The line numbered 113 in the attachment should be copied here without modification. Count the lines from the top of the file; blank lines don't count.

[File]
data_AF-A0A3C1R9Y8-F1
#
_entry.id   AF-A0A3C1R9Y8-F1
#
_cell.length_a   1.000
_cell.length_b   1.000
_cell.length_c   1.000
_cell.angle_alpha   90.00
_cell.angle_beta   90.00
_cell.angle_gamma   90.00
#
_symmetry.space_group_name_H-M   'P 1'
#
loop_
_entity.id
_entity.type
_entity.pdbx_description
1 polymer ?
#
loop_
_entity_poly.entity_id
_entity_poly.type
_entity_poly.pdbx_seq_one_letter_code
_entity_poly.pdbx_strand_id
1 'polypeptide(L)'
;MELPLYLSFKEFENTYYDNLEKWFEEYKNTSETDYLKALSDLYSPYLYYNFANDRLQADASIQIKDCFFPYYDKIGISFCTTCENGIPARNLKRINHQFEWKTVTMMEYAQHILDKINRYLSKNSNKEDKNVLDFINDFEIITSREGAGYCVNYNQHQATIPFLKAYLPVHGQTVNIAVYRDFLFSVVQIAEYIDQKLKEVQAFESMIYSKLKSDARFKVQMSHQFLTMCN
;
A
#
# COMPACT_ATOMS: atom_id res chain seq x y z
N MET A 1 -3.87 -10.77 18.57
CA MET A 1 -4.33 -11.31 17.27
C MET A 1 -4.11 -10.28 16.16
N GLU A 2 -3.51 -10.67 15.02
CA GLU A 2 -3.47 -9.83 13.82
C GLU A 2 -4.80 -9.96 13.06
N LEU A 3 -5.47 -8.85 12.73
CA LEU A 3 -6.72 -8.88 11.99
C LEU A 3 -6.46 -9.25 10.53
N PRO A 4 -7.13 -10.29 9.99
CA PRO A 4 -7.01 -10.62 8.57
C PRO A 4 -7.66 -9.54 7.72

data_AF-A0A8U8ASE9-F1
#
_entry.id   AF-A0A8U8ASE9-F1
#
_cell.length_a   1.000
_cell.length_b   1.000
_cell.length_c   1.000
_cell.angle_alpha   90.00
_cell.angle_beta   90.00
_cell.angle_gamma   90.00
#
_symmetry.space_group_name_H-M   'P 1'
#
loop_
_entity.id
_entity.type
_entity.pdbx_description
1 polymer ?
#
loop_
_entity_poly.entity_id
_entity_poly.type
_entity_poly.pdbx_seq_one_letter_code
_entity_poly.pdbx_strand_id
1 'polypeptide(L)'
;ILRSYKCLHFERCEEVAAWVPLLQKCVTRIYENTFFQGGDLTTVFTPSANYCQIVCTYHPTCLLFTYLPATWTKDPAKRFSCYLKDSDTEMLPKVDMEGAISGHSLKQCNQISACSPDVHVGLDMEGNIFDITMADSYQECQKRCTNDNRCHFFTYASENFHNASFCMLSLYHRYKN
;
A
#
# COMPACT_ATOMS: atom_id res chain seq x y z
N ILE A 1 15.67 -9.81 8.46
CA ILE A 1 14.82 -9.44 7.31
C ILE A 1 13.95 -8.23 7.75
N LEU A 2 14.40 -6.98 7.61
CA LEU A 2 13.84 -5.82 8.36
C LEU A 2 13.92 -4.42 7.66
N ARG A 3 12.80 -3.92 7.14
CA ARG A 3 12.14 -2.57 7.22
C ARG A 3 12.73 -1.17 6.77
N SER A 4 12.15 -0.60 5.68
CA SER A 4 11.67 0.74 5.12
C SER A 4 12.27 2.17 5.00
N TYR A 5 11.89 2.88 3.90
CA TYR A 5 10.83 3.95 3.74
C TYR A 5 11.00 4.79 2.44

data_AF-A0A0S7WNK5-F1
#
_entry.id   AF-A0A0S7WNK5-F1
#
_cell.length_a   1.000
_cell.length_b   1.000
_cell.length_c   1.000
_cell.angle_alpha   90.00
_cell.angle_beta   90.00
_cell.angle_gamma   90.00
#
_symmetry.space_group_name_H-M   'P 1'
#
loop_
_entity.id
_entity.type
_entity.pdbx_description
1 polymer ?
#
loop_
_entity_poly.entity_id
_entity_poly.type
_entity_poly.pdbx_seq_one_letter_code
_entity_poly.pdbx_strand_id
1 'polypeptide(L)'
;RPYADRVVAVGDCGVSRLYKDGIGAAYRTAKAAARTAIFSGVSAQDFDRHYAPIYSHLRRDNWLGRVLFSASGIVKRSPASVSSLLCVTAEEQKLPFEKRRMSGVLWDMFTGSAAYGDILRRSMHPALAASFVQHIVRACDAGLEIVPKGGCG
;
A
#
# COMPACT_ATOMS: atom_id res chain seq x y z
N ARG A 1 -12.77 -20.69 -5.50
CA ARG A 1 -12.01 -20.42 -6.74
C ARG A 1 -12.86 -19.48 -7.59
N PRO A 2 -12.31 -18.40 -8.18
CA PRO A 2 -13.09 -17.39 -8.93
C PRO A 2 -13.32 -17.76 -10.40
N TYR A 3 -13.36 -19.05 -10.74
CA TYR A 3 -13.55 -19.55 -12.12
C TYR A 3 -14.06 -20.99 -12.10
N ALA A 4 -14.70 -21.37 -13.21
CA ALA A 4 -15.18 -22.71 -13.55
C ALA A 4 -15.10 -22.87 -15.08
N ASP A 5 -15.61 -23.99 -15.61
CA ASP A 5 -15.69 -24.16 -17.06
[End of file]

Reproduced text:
;RPYADRVVAVGDCGVSRLYKDGIGAAYRTAKAAARTAIFSGVSAQDFDRHYAPIYSHLRRDNWLGRVLFSASGIVKRSPASVSSLLCVTAEEQKLPFEKRRMSGVLWDMFTGSAAYGDILRRSMHPALAASFVQHIVRACDAGLEIVPKGGCG